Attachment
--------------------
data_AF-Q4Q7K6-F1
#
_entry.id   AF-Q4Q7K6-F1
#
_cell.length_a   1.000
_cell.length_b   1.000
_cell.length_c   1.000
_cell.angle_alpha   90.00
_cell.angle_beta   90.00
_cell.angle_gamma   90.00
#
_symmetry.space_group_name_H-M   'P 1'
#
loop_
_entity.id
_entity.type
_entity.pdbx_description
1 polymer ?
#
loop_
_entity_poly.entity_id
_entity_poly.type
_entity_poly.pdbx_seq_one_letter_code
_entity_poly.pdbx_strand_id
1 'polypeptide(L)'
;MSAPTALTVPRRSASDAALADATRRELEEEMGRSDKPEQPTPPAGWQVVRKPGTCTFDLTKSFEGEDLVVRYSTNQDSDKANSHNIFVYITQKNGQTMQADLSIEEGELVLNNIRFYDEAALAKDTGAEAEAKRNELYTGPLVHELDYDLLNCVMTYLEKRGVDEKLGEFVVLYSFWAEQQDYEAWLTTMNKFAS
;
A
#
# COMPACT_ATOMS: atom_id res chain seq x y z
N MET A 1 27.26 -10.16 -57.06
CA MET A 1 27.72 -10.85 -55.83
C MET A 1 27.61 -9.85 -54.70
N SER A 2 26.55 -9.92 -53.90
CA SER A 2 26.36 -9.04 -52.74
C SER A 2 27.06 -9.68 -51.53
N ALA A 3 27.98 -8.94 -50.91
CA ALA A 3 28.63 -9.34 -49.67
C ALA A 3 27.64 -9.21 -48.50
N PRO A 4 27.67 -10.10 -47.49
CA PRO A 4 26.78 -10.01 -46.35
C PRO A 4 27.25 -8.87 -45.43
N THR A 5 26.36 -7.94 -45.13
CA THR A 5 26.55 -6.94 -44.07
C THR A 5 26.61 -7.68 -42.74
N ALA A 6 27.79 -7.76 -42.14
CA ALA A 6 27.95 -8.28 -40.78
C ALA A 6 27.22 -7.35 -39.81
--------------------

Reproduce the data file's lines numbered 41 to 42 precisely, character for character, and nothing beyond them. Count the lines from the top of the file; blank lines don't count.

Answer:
CA PRO A 4 26.78 -10.01 -46.35
C PRO A 4 27.25 -8.87 -45.43